A group of Iranian hackers set up a system of LinkedIn profiles to pry sensitive information from people in the defense and telecom sectors, The Wall Street Journal reported Wednesday.
This tactic, known as “social engineering,” is one where hackers trick people to get them to cough up personal or sensitive information. “Having those trust relationships gives [hackers] a platform to do a bunch of different things,” said Tom Finney, a security researcher at Dell Secureworks.
The 25 fake profiles described in the report were connected to more than 200 legitimate LinkedIn profiles — mostly individuals based in the Middle East who worked in sectors like telecom and defense. Those individuals and their companies likely have information that would be of interest to an Iranian cyber group, Dell Secureworks said. …
Dell SecureWorks say they believe the group behind the fake LinkedIn profiles, labeled internally as “TG-2889,” is the same Iran-based group that also created malware last year disguised as a resume application submitter for a job opening; as the victim filled out the fake job application, the malware took over the victims’ computers, a scheme that was uncovered in a separate security firm’s report last year.
CNBC provided further details of the scheme.
A few of the accounts were of “leader” figures — their LinkedIn profiles suggested they held important jobs in technology, banking, oil and other industries, and some had more than 500 connections. Others were of “supporters” — profiles created to give endorsements and credibility to the “leaders.”
“The level of detail in the profiles suggests that the threat actors invested substantial time and effort into creating and maintaining these personas,” the report said. “The photos used in the fake accounts are likely of innocent individuals who have no connection to TG-2889 activity.”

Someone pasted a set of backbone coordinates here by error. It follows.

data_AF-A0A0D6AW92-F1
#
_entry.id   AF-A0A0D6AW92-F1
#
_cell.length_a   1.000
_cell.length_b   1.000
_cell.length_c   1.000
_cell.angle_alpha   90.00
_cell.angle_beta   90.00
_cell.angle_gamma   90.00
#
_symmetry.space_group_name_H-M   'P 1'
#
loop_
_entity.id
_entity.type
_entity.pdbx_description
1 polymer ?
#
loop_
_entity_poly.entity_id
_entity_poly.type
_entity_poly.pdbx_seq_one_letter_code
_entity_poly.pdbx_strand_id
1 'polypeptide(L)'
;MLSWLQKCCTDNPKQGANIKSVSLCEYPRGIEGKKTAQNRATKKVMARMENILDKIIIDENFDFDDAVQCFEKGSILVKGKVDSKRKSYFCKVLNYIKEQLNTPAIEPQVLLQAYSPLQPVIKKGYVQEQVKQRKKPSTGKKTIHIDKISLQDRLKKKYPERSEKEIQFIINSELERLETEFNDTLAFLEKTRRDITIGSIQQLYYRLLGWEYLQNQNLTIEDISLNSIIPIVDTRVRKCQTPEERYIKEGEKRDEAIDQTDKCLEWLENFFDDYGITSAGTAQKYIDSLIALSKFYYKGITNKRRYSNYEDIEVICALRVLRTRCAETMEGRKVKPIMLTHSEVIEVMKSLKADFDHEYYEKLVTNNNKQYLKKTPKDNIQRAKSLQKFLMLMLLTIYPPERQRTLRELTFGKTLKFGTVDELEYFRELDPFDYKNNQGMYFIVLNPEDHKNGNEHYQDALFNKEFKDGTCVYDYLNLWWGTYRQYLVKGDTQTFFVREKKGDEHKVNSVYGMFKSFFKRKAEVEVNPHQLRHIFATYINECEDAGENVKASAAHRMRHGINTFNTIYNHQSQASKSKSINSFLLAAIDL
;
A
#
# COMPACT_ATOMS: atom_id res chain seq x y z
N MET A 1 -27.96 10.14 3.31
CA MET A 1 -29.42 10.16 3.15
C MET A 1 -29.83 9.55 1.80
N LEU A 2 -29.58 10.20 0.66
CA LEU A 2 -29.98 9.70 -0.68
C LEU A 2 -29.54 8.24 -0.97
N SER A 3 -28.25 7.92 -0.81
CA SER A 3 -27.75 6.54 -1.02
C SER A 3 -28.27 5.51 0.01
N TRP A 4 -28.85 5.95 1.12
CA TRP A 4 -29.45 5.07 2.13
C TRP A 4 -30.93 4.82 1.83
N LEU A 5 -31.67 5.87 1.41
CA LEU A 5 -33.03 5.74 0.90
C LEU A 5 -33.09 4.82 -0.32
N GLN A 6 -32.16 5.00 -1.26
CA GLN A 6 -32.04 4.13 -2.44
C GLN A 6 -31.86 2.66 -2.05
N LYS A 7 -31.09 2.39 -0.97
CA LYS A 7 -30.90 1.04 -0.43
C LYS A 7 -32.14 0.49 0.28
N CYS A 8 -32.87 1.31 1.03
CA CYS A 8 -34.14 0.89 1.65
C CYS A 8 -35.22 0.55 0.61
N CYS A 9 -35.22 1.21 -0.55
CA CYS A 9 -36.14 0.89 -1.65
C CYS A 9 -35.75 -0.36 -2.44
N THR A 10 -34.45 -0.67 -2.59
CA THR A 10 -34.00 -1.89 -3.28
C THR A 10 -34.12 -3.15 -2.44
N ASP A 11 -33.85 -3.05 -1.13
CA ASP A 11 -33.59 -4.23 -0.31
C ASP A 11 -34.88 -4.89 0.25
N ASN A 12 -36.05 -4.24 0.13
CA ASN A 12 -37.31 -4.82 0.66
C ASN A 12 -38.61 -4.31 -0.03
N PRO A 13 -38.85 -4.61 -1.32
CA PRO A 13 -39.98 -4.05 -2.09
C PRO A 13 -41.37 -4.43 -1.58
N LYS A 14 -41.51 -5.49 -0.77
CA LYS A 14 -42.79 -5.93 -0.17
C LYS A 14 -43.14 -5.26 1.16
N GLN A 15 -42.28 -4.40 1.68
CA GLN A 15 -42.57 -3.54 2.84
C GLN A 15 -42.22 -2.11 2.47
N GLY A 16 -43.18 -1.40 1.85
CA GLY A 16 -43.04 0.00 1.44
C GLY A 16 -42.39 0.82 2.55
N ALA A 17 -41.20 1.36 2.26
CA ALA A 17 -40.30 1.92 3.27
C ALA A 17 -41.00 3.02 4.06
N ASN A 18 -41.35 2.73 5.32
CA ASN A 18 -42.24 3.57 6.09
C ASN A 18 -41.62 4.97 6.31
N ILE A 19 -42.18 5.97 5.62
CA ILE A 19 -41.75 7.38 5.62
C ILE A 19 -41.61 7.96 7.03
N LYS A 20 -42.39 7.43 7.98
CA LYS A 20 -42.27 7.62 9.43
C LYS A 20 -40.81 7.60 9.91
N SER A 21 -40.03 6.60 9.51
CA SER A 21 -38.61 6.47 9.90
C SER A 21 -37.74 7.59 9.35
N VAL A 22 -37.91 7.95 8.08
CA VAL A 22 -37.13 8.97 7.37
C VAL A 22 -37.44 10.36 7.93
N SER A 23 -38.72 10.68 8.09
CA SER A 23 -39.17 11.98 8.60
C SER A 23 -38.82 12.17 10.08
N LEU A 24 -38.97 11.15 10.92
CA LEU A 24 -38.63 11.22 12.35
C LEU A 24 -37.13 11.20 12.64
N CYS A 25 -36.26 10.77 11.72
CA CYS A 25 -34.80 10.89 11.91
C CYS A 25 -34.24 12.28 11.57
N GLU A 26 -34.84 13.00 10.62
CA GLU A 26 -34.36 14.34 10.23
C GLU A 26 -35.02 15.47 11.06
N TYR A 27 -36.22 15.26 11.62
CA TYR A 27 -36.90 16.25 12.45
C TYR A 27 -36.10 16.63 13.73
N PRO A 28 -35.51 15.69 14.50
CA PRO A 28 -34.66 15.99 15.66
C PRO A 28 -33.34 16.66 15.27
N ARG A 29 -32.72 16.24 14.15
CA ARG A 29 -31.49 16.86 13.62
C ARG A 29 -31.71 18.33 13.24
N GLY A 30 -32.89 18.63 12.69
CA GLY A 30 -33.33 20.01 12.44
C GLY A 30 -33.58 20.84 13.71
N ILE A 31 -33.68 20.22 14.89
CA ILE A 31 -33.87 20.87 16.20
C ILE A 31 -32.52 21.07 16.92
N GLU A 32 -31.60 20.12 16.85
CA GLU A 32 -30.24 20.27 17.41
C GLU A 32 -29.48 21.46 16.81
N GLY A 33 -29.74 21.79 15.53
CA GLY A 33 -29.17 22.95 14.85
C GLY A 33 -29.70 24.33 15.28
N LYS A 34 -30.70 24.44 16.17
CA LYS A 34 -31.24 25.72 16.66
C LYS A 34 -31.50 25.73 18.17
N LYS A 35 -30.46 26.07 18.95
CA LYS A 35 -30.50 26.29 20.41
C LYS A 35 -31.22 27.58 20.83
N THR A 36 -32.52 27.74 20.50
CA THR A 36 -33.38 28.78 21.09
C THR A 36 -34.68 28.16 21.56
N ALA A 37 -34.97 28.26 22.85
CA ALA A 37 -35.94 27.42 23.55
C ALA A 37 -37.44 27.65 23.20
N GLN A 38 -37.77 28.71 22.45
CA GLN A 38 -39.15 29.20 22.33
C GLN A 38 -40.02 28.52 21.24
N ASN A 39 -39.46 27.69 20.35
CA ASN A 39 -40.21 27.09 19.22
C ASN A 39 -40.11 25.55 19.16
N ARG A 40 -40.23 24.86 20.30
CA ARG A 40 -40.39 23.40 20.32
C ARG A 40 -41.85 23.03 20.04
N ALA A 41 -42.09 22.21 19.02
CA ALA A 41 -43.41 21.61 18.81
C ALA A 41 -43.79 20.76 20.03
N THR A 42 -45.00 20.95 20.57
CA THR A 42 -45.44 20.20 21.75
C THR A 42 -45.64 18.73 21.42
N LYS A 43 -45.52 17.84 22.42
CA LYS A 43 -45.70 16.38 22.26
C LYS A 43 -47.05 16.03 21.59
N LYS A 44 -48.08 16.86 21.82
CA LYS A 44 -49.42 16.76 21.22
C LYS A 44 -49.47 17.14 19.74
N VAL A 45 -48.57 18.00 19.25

LinkedIn said that the 25 fake profiles have been deleted.
Earlier this year, the United States recruited Israel and Great Britain to help fight growing cyber threats from Iran. An Israeli cybersecurity firm identified a wave of Iranian-backed hacking attacks on Israeli, Saudi Arabian, and Yemeni targets in June. In August it was reported that Iranian hacking attempts had targeted domestic dissidents.
In Iran Has Built an Army of Cyber-Proxies, which was published in the August 2015 issue of The Tower Magazine, Jordan Brunner wrote about Iran’s growing hacking capabilities and the tactics used by groups sponsored by Iran.
Lebanon’s neighbor, Syria, is home to the Syrian Electronic Army (SEA), which employs cyber-warfare in support of the Assad regime. There are rumors that indicate it is trained and financed by Iran. The SEA’s mission is to embarrass media organizations in the West that publicize the atrocities of the Assad regime, as well as track down and monitor the activities of Syrian rebels. It has been very successful at both. The SEA has attacked media outlets such as The Washington Post, the Chicago Tribune, the Financial Times, Forbes, and others. It has also hacked the software of companies like Dell, Microsoft, Ferrari, and even the humanitarian program UNICEF.
The group has carried out its most devastating cyber-attacks against the Syrian opposition, often using the anonymity of online platforms to its advantage. For example, its hackers pose as girls in order to lure opposition fighters into giving up seemingly harmless information that can lead to lethal crackdowns. The SEA’s sophisticated use of cyberspace developed in a very short time, and it is reasonable to infer that this was due to Iranian training. Iran has long supported the ruling Assad regime in Syria and would be happy to support those who support him.
In recent months, a group called the Yemen Cyber Army (YCA) has arisen, hacking into systems that belong to Saudi Arabia. The YCA supports the Houthi militia, which is fighting the Yemenite government and the Saudis; the Houthis are, in turn, supported by Iran. Thus far, the YCA has attacked Saudi Arabia’s Foreign, Interior, and Defense Ministries. They have also hacked the website of the Saudi-owned newspaper Al-Hayat. Messages from the group indicate that they are sponsored by Iran, and might even be entirely composed of Iranians.
[Photo: Norbert Tydingco / Flickr ]